For the first time, Lumotive uses so-called "Liquid Crystal Metasurfaces" (LCMs) for the development of LiDAR systems. LCMs have already been used in other applications such as radar and radio communication, but never for LiDAR. Lumotive combines the LCM with its patented beam steering technology and silicon structure. This should enable better performance, higher precision and range as well as lower manufacturing costs, which makes the technology particularly interesting for the automotive industry. One of the company's major donors is Bill Gates.
First production units will be available for beta testing for selected customers in the third quarter of 2019. Lumotive's system is expected to offer the following benefits:
- Large optical aperture (25 x 25 mm) for long ranges
- 120-degree field of view with high angular resolution
- Fast beam guidance with optional access
In contrast to mechanical LiDAR solutions, Lumotive's beam steering technology uses so-called LCMs: semiconductor chips that control laser pulses based on the principles of light diffraction of metamaterials. This is a premiere in the LiDAR field. Lumotive's LCMs have a large number of apertures to improve environmental perception.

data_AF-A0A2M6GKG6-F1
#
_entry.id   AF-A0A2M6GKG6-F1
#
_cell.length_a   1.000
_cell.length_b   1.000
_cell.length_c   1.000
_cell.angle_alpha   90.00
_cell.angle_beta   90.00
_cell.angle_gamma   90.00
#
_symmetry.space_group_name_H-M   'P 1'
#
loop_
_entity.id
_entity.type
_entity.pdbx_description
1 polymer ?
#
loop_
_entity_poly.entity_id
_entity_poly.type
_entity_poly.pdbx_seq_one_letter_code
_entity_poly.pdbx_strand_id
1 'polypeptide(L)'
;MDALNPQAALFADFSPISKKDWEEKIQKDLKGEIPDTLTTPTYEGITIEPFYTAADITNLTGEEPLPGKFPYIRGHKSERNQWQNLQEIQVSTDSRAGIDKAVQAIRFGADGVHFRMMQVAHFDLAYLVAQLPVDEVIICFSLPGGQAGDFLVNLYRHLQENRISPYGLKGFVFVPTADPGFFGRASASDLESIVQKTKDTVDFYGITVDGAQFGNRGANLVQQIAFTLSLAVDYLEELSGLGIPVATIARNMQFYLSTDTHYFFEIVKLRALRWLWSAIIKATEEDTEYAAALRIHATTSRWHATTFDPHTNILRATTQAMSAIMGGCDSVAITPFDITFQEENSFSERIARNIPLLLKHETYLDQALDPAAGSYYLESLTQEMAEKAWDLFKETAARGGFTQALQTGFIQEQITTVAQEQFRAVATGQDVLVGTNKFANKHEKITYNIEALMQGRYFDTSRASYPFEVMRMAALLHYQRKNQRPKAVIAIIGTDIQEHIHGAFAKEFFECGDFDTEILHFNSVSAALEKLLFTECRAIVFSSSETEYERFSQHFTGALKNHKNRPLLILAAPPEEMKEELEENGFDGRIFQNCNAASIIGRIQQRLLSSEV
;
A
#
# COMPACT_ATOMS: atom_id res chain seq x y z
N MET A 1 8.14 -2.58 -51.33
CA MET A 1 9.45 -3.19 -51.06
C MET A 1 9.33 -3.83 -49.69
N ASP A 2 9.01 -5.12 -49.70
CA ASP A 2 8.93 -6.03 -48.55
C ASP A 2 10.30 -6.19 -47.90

Beam steering is the missing link in the chain of powerful and economical LiDAR systems. Traditionally, LiDAR consisted of bulky rotating bodies, while newer LiDAR sensors use MEMS mirrors or optical phased arrays. However, both have little performance due to the small optical aperture of MEMS mirrors and the low efficiency of phased arrays.
Lumotive's LCM chips contain no moving parts and are manufactured using CMOS manufacturing together with liquid crystal display packaging to provide a commercially viable LiDAR system with low cost, high reliability and small size. In addition to cost and performance benefits, Lumotive LCMs can also be integrated into small form factor systems, which is interesting for other applications such as industrial and consumer goods.